ATLANTIC CITY (February 6, 2020) – There are more rooming houses and tenants in the city than are allowed by law, particularly in the Tourism District, and local officials are looking for ways to rectify the issue.
The “overabundance of rooming house units” is a deterrent to development and redevelopment in Atlantic City, according to the Casino Reinvestment Development Authority, the state agency with zoning and land use power in the Tourism District.
In some instances, the rooming houses also impact quality of life for neighbors and businesses because of the potential for criminal behavior and the subsequent drain on municipal resources, city officials said.
The CRDA and the city have each devised a way to deal with rooming houses that could improve the living conditions for those who live in them while simultaneously making some neighborhoods more attractive areas for development.
Mayor Marty Small Sr. has put together a code enforcement review board that will more aggressively target violators, including rooming house operators. The CRDA has proposed a conversion project for rooming houses that seeks to entice landlords and operators to either change the use of their properties, sell them or have them demolished.
“We’re here to help improve the housing stock in Atlantic City,” said CRDA Executive Director Matt Doherty. “This (conversion plan) will give us another tool at our disposal to continue to convert these rooming houses into a better form of housing stock.”
Both the number of people occupying rooming houses in Atlantic City and their proximity to one another in certain neighborhoods violate city regulations, which mirror those found in the state’s Rooming and Boarding House Act.
An exact number of rooming houses in Atlantic City varies by agency. City records show there are 43 rooming houses, while state records from the Bureau of Rooming and Boarding House Standards list 56 licensed operators. CRDA’s own inventory identifies 53 rooming houses in Atlantic City.
According to CRDA, only 30 of the city’s rooming houses have proper land-use approvals.
The city recently also has taken a stance against rooming houses that either violate public heath and safety standards or municipal codes. To date, 10 rooming houses have either been closed or demolished at the direction of the city, with some of the vacant lots being put up for public auction.
Small said both the conversion project — which he said he will vote in favor of as a CRDA board member — and the increased code enforcement will improve quality of life for residents and reduce the amount of public safety resources used by the city at some of those locations.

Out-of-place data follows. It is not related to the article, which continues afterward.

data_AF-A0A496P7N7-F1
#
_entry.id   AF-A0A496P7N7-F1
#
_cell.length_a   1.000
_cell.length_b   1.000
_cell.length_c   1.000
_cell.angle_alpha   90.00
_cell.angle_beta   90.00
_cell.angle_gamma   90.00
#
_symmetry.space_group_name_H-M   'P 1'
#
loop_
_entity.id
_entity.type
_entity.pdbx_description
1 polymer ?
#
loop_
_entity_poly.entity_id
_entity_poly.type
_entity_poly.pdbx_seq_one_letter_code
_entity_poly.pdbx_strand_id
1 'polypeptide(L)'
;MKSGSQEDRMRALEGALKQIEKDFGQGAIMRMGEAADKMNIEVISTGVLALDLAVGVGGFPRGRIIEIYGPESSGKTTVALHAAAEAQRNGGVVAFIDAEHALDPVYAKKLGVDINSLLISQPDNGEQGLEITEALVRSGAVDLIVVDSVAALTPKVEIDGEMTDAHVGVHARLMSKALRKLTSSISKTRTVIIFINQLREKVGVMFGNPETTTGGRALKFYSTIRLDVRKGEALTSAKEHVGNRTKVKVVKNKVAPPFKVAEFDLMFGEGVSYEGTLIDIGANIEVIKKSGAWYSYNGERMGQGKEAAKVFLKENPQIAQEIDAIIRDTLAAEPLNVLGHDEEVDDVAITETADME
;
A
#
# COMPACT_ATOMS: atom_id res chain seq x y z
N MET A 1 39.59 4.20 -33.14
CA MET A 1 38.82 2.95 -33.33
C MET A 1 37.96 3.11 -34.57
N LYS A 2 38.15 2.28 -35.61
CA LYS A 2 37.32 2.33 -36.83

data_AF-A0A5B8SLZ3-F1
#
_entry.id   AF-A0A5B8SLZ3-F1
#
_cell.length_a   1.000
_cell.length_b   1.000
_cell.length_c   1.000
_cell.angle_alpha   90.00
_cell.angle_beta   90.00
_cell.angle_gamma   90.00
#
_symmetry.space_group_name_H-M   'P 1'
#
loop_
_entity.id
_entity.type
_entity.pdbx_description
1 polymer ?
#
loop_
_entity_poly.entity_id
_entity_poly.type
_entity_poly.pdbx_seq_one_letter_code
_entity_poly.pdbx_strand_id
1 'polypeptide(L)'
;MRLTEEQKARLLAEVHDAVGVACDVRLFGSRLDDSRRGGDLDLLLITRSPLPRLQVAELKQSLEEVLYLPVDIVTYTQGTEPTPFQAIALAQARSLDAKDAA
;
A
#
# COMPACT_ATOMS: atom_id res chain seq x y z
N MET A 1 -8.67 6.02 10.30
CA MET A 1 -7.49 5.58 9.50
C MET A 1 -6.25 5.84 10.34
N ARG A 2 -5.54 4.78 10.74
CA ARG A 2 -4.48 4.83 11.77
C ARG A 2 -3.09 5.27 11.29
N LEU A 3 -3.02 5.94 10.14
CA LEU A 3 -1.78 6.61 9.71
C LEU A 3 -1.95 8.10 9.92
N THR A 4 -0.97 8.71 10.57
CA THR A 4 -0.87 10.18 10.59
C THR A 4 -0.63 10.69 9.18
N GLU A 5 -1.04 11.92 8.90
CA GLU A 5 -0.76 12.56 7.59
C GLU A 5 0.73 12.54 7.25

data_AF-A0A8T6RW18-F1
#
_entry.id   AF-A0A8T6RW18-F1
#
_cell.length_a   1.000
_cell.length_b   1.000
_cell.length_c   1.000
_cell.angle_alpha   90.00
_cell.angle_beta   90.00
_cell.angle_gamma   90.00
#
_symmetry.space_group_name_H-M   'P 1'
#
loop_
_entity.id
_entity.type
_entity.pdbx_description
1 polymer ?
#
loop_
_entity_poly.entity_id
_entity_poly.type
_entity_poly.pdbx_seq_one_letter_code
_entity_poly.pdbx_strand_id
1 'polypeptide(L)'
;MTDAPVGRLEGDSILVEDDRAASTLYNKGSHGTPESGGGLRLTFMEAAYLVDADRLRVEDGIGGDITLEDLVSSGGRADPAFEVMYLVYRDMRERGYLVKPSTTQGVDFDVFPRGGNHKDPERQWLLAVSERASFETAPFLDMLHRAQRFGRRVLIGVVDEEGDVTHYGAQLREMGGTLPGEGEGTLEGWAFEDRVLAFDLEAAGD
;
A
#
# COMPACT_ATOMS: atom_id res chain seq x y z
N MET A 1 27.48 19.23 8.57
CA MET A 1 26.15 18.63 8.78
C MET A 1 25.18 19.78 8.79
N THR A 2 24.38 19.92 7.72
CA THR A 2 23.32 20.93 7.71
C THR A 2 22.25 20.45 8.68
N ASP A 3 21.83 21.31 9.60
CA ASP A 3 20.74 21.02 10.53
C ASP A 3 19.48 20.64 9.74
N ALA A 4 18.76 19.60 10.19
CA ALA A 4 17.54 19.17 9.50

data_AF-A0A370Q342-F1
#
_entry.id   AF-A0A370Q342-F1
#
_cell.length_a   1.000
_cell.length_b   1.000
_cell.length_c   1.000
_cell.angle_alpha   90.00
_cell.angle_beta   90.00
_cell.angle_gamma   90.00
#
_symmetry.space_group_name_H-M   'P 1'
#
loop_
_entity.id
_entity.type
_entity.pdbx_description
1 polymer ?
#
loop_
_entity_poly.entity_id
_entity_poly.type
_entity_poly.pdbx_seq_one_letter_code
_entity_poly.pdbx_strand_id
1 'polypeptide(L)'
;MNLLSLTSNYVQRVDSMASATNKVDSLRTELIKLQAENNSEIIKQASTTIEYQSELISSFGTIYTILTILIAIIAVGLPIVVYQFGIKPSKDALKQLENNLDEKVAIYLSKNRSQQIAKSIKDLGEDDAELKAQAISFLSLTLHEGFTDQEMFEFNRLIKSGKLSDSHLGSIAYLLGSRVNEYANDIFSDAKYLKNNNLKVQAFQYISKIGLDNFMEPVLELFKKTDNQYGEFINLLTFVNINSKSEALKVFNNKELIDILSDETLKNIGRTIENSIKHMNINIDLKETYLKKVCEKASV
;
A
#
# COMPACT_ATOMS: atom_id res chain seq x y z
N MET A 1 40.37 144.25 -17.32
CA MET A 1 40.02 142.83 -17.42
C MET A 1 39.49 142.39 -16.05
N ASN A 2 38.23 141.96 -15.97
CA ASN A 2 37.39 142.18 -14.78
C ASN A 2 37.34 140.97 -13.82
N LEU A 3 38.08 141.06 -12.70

“I’m in favor of upgrading and converting those rooming houses to a higher standard of living for people, as well as supporting retail components,” he said.
Doherty said he would like to see some of the rooming houses transformed into mixed-use spaces, with residential and retail amenities.
The CRDA has already converted, or is in the process of converting, 13 rooming houses. The buildings have been converted to duplexes, single-family homes, apartments and commercial operations. The CRDA also recently revised land-use regulations in the Tourism District that limited conversion of existing buildings into single-family homes.
“We’re making it as easy as possible, through land use regulations, to convert these rooming houses,” he said. “And now, we are looking to supply the financial resources to support someone’s vision of changing these rooming houses.”
Residents of rooming houses have brought up concerns about being displaced if affordable living arrangements are reduced. The CRDA has said the conversion plan would include funding to assist displaced residents and the authority would work with social service agencies, such as Volunteers of America and Jewish Family Service, to help people find new homes.
A public hearing on the rooming house conversion project will be held at 10 a.m. Friday at the CRDA offices on Pennsylvania Avenue. The CRDA Board of Directors will likely consider the conversion project at the authority’s public meeting Feb. 18.